Fan Mail: A Spirited Defense of Restrictor Plate Racing

By David Westergreen, Fan Column

The first NASCAR race I ever watched was the 2001 Daytona 500.

While it is a race well remembered for its last lap, what is often forgotten is the 49 lead changes among 14 drivers and underdog winner. Performances by Ward Burton and Sterling Marlin bringing Dodge back to the forefront for the first time since 1979 at Daytona are lost to the memories of Dale Earnhardt. This was my first experience as a fan. I did not see any one of Dale’s 76 wins live, nor did not know much about him.

As a 7-year-old, I was sad, but I didn’t know why.

The sport I had shared for the first time with my father had proven to be incredibly dangerous and the drivers I began to grow fond of showed bravery for even getting into those cars to drive 200 mph in close packs. Obviously, the next week when I tuned in for Rockingham, the style was very different and I found a new way to enjoy racing, but it had all started at Daytona.

Restrictor plate racing has evolved quite a great deal from 2001 to 2016.

I have seen all of Michael Waltrip (each of his career wins), Ward Burton, Bobby Hamilton, David Ragan (twice), Aric Almirola, Trevor Bayne, Dale Jarrett (in his final season) and Brad Keselowski (in the 09 car) win races with incredible finishes and underdog stories. I have seen Dale Earnhardt Jr. drive through the pack by himself to win multiple races at Talladega and also have wins stolen away from him like at Talladega last fall. I was tuned in live for the Edwards/Keselowski race in 2009, the Bobby Hamilton caution free win in 2001, Ward Burton’s 2002 Daytona 500 gift, Brad Keselowski winning to make the next round of the chase at Talladega in 2014, Tony Stewart wrecking the field by blocking Michael Waltrip at Talladega in 2012, Kevin Harvick winning the 2007 Daytona 500 by a nose while Clint Bowyer finished on his roof, and most recently Denny Hamlin defeat Martin Truex in the closest Daytona 500 finish ever.

I have seen the most leaders and lead changes in any NASCAR race (29 leaders, 88 lead changes, 2010 Aaron’s 499), the evolution and elimination of tandem drafting, and some of the best and most classic finishes of all time, including the closest finish of all time in 2011, .002 seconds by Jimmie Johnson over Clint Bowyer at Talladega.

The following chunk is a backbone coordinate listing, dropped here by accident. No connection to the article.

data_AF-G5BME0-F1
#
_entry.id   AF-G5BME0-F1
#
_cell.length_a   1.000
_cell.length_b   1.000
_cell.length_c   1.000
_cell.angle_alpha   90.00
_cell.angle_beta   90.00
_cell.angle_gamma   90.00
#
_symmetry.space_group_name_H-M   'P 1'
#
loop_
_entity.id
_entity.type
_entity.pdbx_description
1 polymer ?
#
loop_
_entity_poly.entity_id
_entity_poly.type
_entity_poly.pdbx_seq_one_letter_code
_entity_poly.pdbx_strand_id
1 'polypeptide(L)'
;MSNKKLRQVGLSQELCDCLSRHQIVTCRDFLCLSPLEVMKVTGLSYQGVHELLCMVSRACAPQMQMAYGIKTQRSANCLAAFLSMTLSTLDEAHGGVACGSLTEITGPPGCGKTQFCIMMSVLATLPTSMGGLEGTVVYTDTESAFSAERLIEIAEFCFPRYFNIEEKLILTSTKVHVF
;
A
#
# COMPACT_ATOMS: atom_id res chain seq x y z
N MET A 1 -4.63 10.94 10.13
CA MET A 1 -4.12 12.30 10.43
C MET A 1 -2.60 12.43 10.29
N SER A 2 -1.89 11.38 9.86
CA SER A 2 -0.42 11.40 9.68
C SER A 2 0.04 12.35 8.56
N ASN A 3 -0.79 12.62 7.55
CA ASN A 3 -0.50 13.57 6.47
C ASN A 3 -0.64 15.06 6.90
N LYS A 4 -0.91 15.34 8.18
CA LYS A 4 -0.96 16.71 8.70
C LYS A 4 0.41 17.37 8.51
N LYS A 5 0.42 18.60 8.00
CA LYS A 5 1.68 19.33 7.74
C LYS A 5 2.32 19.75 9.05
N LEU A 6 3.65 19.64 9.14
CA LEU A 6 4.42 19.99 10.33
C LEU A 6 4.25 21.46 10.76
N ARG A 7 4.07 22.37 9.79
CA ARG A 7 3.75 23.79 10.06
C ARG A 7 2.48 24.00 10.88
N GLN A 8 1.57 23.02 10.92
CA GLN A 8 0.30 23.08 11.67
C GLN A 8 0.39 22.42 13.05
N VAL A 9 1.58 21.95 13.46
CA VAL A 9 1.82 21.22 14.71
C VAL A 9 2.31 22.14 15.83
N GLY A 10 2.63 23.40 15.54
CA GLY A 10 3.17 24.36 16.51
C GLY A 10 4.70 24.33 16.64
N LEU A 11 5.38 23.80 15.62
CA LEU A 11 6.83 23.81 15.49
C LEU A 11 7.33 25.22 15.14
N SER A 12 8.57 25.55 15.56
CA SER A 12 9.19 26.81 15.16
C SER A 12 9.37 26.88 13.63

There have been 62 restrictor plate races since I began watching racing that day in 2001. Every one I have tuned in for. I have witnessed many flips, hard accidents, and scary crashes, of which to NASCAR credit, none since that very first race have been deadly. And NASCAR deserves the credit. Despite the danger, our drivers and fans are being better and better protected. And this is a testament to them. It is worth noting that I have seen those exact things at other tracks as well! Think of Michael McDowell’s very scary qualifying crash at Texas in 2008. NASCAR is not an inherently safe sport, and it is important to recognize the improvements made by the men and women working to keep those drivers safe no matter what track is raced.

I’m certain my story is not unique.

The Daytona 500 is the most watched race of every NASCAR season, including 11.4 million viewers in 2016, and Talladega this season has the third highest rating and total viewership this season, at the writing of this article, with 6.7 million viewers tuning in. Talladega’s stands were completely full at race time, which to my viewer’s eye, is the first time that has been the case since the Daytona 500 (unfortunately I missed the race at Auto Club Speedway, which drew the second highest rating and viewer number.) Talladega is a top 5 popular draw in the sport to this point in the season, remaining true even as the season has moved to the July Daytona event we prepare for tomorrow.